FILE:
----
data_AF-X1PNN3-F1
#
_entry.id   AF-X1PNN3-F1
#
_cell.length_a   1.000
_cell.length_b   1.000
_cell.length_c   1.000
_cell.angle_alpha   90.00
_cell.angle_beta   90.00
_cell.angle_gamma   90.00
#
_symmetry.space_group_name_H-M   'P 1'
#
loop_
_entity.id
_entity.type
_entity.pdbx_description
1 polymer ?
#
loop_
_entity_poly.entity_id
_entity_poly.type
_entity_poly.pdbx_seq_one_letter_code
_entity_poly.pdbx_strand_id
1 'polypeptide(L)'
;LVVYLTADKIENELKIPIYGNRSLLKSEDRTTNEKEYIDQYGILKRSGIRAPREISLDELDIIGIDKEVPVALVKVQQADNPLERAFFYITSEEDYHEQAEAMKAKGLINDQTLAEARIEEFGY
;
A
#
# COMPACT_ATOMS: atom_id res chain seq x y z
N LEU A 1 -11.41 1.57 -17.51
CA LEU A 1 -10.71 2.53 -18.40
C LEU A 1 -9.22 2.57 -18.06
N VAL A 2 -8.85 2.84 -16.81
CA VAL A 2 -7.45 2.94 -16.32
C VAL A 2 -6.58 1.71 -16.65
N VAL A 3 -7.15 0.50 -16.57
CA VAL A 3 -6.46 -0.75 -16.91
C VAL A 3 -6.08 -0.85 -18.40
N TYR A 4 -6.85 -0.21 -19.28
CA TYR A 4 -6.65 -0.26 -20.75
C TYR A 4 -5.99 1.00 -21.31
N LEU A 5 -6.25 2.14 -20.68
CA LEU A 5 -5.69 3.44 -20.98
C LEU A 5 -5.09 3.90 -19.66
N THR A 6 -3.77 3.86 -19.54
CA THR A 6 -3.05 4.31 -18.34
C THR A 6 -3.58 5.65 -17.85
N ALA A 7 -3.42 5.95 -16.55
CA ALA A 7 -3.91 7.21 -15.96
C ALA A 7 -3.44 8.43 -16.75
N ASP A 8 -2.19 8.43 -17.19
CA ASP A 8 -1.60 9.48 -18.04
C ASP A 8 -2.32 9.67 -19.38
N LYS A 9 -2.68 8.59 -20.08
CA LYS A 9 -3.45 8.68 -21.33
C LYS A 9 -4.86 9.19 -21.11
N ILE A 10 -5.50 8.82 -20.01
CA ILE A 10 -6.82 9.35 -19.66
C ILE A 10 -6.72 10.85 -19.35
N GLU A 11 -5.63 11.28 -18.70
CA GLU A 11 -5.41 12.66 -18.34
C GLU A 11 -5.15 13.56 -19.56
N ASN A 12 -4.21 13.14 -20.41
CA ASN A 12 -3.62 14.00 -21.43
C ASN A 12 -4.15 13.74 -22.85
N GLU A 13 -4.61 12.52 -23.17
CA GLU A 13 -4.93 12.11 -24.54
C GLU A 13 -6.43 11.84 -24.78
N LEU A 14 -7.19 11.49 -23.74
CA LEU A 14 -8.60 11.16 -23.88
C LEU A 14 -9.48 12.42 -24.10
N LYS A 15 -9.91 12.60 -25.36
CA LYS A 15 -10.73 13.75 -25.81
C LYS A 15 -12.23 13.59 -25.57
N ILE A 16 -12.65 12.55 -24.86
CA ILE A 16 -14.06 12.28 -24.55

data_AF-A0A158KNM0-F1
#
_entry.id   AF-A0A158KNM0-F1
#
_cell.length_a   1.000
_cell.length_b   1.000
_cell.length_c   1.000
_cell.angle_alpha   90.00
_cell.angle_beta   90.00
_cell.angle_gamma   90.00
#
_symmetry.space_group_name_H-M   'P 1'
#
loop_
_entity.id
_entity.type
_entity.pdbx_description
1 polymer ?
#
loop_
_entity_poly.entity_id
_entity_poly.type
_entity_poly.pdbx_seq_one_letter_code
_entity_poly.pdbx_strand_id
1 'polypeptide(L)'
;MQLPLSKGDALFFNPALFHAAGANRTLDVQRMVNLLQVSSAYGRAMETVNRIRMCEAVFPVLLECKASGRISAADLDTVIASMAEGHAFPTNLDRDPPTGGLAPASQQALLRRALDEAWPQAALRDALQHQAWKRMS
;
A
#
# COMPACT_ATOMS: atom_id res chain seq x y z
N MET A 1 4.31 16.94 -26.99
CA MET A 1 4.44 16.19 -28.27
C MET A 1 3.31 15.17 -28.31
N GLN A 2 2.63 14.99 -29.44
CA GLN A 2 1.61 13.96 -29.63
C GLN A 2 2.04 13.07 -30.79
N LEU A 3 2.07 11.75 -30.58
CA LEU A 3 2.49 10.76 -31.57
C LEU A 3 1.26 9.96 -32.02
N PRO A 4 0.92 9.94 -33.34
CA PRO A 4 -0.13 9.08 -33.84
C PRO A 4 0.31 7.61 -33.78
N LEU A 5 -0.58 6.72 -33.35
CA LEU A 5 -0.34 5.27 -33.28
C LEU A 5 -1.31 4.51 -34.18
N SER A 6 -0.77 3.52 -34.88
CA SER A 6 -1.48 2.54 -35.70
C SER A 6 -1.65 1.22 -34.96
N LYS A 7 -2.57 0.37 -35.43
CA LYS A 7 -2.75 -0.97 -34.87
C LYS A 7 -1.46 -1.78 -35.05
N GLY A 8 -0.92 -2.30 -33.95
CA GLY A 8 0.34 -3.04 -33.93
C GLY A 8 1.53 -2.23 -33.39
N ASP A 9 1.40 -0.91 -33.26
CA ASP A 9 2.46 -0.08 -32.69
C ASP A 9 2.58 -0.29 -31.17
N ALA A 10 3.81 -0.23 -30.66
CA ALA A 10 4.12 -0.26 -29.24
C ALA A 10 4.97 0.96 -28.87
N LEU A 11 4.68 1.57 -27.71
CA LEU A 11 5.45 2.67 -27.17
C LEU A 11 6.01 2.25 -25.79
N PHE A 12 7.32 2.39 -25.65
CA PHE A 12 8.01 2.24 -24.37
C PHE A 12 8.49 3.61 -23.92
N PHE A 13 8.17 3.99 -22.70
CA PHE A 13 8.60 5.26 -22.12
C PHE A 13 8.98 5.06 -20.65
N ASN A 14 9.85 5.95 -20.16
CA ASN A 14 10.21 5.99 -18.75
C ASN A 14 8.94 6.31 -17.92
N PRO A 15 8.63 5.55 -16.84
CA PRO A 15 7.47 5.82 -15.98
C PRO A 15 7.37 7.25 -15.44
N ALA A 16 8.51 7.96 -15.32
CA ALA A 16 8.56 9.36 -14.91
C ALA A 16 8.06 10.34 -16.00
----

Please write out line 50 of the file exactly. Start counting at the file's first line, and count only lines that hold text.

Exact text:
CA ALA A 7 -3.91 7.21 -15.96